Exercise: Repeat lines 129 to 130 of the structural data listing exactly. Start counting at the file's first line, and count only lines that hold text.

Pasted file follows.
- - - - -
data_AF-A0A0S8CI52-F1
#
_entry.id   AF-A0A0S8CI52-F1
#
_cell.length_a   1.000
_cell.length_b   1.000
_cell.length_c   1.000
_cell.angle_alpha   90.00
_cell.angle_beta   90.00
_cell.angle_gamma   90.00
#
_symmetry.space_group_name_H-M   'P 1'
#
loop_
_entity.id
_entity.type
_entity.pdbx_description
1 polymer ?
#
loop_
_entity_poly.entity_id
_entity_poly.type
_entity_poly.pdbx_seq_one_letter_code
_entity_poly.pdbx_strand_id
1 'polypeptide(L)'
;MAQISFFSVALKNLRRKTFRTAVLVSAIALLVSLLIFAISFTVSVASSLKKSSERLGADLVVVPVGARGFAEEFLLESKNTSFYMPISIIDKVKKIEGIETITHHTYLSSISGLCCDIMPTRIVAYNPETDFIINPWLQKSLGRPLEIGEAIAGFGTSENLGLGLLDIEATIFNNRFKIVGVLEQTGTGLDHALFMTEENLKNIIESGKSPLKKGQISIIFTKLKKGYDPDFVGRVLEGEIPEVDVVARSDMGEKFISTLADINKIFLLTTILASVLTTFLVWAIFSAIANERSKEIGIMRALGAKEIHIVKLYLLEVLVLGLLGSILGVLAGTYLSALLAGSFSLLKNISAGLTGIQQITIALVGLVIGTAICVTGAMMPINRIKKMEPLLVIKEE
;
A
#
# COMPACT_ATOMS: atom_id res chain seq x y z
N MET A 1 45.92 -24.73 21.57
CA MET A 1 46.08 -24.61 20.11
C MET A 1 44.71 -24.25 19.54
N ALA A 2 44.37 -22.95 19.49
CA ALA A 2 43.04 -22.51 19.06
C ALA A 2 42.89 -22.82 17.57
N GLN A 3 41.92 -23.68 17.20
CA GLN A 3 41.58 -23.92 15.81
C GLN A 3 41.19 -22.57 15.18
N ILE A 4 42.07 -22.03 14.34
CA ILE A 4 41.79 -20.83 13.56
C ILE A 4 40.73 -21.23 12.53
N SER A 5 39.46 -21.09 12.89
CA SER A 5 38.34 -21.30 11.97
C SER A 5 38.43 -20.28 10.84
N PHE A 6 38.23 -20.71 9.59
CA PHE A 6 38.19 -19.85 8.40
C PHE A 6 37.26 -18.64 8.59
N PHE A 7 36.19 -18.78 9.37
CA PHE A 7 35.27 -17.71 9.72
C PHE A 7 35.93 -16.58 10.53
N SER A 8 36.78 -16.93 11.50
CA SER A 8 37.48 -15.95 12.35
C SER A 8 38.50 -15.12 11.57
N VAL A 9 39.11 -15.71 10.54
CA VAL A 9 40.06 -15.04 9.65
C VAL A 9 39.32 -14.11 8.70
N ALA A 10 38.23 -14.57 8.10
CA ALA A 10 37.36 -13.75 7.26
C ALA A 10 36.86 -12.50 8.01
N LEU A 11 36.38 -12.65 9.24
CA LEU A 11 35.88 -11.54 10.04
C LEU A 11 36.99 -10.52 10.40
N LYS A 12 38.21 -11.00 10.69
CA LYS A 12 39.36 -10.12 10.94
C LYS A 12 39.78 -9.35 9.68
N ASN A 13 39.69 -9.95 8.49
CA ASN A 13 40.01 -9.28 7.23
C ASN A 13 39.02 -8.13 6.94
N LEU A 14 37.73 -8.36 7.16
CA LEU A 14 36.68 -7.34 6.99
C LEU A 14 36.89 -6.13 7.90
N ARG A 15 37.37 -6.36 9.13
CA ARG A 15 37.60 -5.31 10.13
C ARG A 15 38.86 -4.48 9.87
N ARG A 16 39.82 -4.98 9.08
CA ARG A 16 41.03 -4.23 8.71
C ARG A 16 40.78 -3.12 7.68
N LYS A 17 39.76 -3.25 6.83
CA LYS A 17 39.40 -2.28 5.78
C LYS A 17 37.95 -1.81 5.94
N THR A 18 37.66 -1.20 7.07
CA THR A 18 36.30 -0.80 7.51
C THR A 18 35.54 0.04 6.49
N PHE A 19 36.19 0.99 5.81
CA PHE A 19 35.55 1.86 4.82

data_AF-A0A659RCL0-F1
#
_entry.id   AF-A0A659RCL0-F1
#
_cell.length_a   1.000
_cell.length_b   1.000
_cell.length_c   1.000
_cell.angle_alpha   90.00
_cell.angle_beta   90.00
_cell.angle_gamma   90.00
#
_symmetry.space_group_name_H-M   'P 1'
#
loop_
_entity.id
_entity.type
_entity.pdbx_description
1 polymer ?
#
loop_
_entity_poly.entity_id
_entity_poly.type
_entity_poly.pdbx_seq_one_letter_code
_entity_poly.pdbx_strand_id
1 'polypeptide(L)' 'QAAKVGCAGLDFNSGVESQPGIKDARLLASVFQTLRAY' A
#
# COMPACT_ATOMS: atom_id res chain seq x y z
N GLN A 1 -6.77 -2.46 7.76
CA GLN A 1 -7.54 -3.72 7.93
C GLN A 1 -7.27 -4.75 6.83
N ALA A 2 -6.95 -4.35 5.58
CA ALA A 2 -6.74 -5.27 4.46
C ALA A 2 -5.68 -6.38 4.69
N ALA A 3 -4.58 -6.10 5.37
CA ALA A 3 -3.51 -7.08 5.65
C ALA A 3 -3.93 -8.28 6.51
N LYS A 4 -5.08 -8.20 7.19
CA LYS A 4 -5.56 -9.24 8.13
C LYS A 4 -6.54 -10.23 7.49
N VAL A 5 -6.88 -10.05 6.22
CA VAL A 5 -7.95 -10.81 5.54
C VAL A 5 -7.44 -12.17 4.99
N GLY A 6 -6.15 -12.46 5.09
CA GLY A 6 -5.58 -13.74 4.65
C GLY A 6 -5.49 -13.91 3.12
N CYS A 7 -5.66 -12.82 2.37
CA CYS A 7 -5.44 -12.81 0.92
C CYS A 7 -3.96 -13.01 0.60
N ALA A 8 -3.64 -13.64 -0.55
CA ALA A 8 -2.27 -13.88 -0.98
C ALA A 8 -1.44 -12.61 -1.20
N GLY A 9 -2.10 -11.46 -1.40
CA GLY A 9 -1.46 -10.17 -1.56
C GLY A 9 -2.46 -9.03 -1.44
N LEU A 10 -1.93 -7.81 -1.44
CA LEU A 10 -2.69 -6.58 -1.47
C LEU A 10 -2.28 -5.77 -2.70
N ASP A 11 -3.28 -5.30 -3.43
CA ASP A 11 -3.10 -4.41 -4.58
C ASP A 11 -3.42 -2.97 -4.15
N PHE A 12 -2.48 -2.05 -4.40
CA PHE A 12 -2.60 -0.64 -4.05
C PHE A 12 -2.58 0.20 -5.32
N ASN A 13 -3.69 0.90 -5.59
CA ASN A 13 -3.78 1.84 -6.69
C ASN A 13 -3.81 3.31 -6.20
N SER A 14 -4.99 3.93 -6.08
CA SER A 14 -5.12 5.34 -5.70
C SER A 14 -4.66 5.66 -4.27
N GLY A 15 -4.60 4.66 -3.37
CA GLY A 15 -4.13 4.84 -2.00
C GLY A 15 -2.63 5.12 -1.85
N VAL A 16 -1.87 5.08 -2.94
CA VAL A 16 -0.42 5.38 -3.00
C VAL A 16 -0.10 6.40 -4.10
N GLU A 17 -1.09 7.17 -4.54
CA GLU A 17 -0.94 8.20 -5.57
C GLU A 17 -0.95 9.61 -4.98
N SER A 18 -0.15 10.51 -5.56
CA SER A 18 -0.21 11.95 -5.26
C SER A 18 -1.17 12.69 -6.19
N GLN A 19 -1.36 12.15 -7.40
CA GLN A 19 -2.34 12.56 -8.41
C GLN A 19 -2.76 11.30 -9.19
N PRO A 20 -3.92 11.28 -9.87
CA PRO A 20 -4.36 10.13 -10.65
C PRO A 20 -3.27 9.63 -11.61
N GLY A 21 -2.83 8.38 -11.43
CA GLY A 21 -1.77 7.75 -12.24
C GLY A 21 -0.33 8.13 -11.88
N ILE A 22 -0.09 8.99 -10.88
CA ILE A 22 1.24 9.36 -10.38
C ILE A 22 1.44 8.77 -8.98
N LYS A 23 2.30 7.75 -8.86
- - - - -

N GLY A 6 -6.15 -12.46 5.09
CA GLY A 6 -5.58 -13.74 4.65